Mention community centres in Singapore and the first things that come to mind are line dancing, karaoke and kids’ art and craft. Let’s face it, community centres or community clubs aren’t exactly known as the coolest of places. But don’t write them off completely just yet—there’s actually a whole bunch of classes on offer that you might find actually find… heaven forbid… cool. Best of all, community centre classes tend to be very inexpensive, making them the perfect way to get an introduction to a new hobby.
Parkour is best known as what the guys in Yamakasi do, i.e. climbing up the sides of buildings like Spiderman and doing flips over railings and walls. It basically turns the urban landscape into one big obstacle course, with some acrobatic-like movements thrown in. You’ll learn how to vault over railings, jump from high places and climb up poles.
If you’ve ever wanted to just somersault over the heads of human obstructions on your way to work, this might be the perfect sport for you. As exotic as it sounds, parkour training is currently available through the organisers at Bedok Community Club, although the actual training takes place at SMU. 2 months of weekly sessions cost around $200.
2. Muay Thai
Martial arts like muay thai, Brazilian jiu jitsu, krav maga and MMA have really taken off in Singapore, and these days it seems everyone spends their time after work rolling around red-faced with some guy’s arms around their neck. However, enrolling at a martial arts gym can also be quite pricey, since they tend to be targeted at people who want to train multiple times a week.
A cheaper alternative is to join a class at one of the many community centres that offer muay thai training, including Cheng San, Chong Pang, Marsiling, Kampong Ubi, Tanglin, Pasir Ris East, Yew Tee, Chua Chu Kang, Woodlands, Yew Tee and Nanyang. A 10-session course will set you back about $60 to $150. A lot of people who end up becoming members of muay thai gyms start out at community clubs before committing to a costlier membership.
3. Balloon sculpting
Back when I was an office worker, the company threw a Christmas party and hired a balloon twister to come in and entertain the employees’ kids. This guy could make just about everything, from Stitch and Bart Simpson to dragons and ponies, and he was completely self-taught, having bought his own supplies for the love of the art. Before long, he was surrounded by blushing female employees, many of whom started lamenting that they needed a cooler job.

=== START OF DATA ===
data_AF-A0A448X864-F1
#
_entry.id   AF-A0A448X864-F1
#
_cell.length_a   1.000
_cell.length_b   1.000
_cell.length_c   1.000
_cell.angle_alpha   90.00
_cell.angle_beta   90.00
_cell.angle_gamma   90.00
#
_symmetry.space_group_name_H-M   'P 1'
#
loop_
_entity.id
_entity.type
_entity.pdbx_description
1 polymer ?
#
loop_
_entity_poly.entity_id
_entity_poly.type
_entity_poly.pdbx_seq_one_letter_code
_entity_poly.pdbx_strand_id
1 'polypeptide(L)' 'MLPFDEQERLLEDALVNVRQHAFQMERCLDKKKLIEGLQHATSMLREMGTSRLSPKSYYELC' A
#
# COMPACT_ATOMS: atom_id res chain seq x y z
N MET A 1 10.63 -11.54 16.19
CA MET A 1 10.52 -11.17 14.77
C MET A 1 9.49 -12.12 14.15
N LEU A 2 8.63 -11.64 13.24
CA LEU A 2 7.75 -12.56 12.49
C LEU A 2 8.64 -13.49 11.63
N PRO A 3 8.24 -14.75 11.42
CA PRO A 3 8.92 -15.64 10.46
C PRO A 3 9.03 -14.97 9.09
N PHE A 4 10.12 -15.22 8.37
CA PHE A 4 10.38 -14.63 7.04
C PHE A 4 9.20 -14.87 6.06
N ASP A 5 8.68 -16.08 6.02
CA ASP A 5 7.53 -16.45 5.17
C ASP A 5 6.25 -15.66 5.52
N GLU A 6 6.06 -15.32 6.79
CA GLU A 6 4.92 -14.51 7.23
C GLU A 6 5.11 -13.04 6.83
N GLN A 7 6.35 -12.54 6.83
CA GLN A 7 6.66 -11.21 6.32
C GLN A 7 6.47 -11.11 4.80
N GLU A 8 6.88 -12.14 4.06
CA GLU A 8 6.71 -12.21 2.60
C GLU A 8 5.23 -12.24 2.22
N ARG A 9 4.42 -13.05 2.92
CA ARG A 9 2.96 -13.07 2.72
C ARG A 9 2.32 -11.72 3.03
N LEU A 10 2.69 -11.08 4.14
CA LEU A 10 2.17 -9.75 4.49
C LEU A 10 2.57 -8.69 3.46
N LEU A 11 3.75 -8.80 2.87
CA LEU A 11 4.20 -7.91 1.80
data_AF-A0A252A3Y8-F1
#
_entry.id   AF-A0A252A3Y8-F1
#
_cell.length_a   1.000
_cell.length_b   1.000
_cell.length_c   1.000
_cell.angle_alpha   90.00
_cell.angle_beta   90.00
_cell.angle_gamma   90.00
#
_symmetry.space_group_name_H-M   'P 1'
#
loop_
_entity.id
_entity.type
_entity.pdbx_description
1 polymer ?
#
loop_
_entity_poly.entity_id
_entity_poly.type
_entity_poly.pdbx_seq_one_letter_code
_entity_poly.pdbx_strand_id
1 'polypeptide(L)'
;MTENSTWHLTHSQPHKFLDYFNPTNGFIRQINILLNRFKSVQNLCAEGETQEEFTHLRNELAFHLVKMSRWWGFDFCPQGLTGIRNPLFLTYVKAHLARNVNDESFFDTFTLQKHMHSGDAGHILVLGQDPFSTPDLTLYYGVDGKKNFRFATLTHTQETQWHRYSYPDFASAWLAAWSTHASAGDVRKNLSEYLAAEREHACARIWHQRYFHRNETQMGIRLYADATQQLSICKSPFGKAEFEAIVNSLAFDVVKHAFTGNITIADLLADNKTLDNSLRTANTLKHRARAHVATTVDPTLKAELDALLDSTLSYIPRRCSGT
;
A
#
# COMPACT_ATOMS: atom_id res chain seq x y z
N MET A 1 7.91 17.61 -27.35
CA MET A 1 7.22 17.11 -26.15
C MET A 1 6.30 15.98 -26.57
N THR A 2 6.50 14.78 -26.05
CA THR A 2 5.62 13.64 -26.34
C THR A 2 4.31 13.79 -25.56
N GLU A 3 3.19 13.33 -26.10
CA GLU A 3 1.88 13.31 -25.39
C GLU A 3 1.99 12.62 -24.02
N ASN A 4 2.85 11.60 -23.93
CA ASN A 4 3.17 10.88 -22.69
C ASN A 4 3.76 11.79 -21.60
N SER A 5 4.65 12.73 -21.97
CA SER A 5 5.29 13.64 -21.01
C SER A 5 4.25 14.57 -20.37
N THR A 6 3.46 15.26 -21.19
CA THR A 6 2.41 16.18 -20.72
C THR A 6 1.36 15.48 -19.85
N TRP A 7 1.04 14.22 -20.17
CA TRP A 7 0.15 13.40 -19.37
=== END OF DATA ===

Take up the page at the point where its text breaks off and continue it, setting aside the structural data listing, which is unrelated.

Now you can learn the basics of balloon sculpting too. Woodgrove, Tampines North, Ulu Pandan and Yew Tee conduct single-session workshops costing $10 to $25. Once you’ve learnt the basics, you can learn more using tutorials on YouTube and elsewhere on the internet. If you have kids in your life you can probably save a ton of money on gifts, too.
Sorry to break it to you, but the mahjong course at Thomson CC isn’t going to have you walking home with your pockets full of cash, since it’s not an actual gambling session. It might, however, help you to get the edge over your friends at your next all-night mahjong tournament. You see, most mahjong players in Singapore play with a lot of bravado, getting annoyed when people take too long to decide on a move and aggressively ordering everyone to “guard” this or that player. But in actual fact, few people use an optimal mahjong strategy when they play.
The mahjong course will have you learning the official international rules of mahjong, school you in the various mind-boggling combinations you can use to win a game and also teach you some tried and tested strategies. This is one skills upgrading session that might actually increase your income. The 10 session course costs $50 to $70.
Has your partner been complaining that you never spend any quality time together? Is going to the spa every month becoming a very expensive addiction? Or are you so out of shape that you can barely walk without your weekly foot reflexology session? Have your partner or a family member take a massage course at one of the community centres in Singapore and all the above problems will be solved.
There are quite a few massage courses at the various CCs, from acupressure point massage at Bishan and Serangoon to hand reflexology at Telok Ayer Hong Lim Green and foot reflexology at Jalan Besar, Nanyang and Teck Ghee. Courses are generally 6 to 10 sessions long and cost about $100 to $200 altogether.
Have you ever taken a class at a community centre? Share your experiences in the comments!